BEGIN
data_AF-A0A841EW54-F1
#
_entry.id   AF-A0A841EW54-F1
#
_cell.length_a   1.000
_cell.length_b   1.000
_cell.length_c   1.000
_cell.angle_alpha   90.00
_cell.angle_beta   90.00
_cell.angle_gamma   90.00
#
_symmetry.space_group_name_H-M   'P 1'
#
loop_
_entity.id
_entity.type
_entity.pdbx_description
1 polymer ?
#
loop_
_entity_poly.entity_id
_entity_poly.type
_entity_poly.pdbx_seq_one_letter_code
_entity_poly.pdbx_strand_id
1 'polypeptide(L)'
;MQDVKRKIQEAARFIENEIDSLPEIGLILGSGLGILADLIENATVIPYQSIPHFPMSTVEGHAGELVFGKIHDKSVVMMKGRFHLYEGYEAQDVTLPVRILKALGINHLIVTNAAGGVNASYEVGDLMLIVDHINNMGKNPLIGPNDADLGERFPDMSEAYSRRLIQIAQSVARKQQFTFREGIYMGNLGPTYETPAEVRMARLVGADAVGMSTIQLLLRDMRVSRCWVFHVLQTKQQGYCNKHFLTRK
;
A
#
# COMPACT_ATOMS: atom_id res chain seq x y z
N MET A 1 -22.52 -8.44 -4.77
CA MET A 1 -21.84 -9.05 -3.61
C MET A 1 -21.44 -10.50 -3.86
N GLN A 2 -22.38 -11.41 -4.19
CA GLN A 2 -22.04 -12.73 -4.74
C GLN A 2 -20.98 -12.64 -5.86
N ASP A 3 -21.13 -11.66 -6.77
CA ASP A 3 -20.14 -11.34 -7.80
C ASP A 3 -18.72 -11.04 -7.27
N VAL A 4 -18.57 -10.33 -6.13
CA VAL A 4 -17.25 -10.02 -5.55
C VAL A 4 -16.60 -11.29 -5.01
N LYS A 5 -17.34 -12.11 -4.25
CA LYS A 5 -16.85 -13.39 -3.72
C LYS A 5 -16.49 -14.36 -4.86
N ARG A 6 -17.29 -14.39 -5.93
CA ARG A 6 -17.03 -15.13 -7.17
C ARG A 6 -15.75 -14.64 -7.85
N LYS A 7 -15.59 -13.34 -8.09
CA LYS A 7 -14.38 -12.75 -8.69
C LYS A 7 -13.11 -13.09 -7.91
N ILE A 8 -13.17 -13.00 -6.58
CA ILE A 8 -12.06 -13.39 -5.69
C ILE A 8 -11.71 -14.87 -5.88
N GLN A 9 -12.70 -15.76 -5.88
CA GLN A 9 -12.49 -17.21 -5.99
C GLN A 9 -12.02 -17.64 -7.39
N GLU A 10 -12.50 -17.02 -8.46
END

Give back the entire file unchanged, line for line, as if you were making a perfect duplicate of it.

data_AF-A0A841EW54-F1
#
_entry.id   AF-A0A841EW54-F1
#
_cell.length_a   1.000
_cell.length_b   1.000
_cell.length_c   1.000
_cell.angle_alpha   90.00
_cell.angle_beta   90.00
_cell.angle_gamma   90.00
#
_symmetry.space_group_name_H-M   'P 1'
#
loop_
_entity.id
_entity.type
_entity.pdbx_description
1 polymer ?
#
loop_
_entity_poly.entity_id
_entity_poly.type
_entity_poly.pdbx_seq_one_letter_code
_entity_poly.pdbx_strand_id
1 'polypeptide(L)'
;MQDVKRKIQEAARFIENEIDSLPEIGLILGSGLGILADLIENATVIPYQSIPHFPMSTVEGHAGELVFGKIHDKSVVMMKGRFHLYEGYEAQDVTLPVRILKALGINHLIVTNAAGGVNASYEVGDLMLIVDHINNMGKNPLIGPNDADLGERFPDMSEAYSRRLIQIAQSVARKQQFTFREGIYMGNLGPTYETPAEVRMARLVGADAVGMSTIQLLLRDMRVSRCWVFHVLQTKQQGYCNKHFLTRK
;
A
#
# COMPACT_ATOMS: atom_id res chain seq x y z
N MET A 1 -22.52 -8.44 -4.77
CA MET A 1 -21.84 -9.05 -3.61
C MET A 1 -21.44 -10.50 -3.86
N GLN A 2 -22.38 -11.41 -4.19
CA GLN A 2 -22.04 -12.73 -4.74
C GLN A 2 -20.98 -12.64 -5.86
N ASP A 3 -21.13 -11.66 -6.77
CA ASP A 3 -20.14 -11.34 -7.80
C ASP A 3 -18.72 -11.04 -7.27
N VAL A 4 -18.57 -10.33 -6.13
CA VAL A 4 -17.25 -10.02 -5.55
C VAL A 4 -16.60 -11.29 -5.01
N LYS A 5 -17.34 -12.11 -4.25
CA LYS A 5 -16.85 -13.39 -3.72
C LYS A 5 -16.49 -14.36 -4.86
N ARG A 6 -17.29 -14.39 -5.93
CA ARG A 6 -17.03 -15.13 -7.17
C ARG A 6 -15.75 -14.64 -7.85
N LYS A 7 -15.59 -13.34 -8.09
CA LYS A 7 -14.38 -12.75 -8.69
C LYS A 7 -13.11 -13.09 -7.91
N ILE A 8 -13.17 -13.00 -6.58
CA ILE A 8 -12.06 -13.39 -5.69
C ILE A 8 -11.71 -14.87 -5.88
N GLN A 9 -12.70 -15.76 -5.88
CA GLN A 9 -12.49 -17.21 -5.99
C GLN A 9 -12.02 -17.64 -7.39
N GLU A 10 -12.50 -17.02 -8.46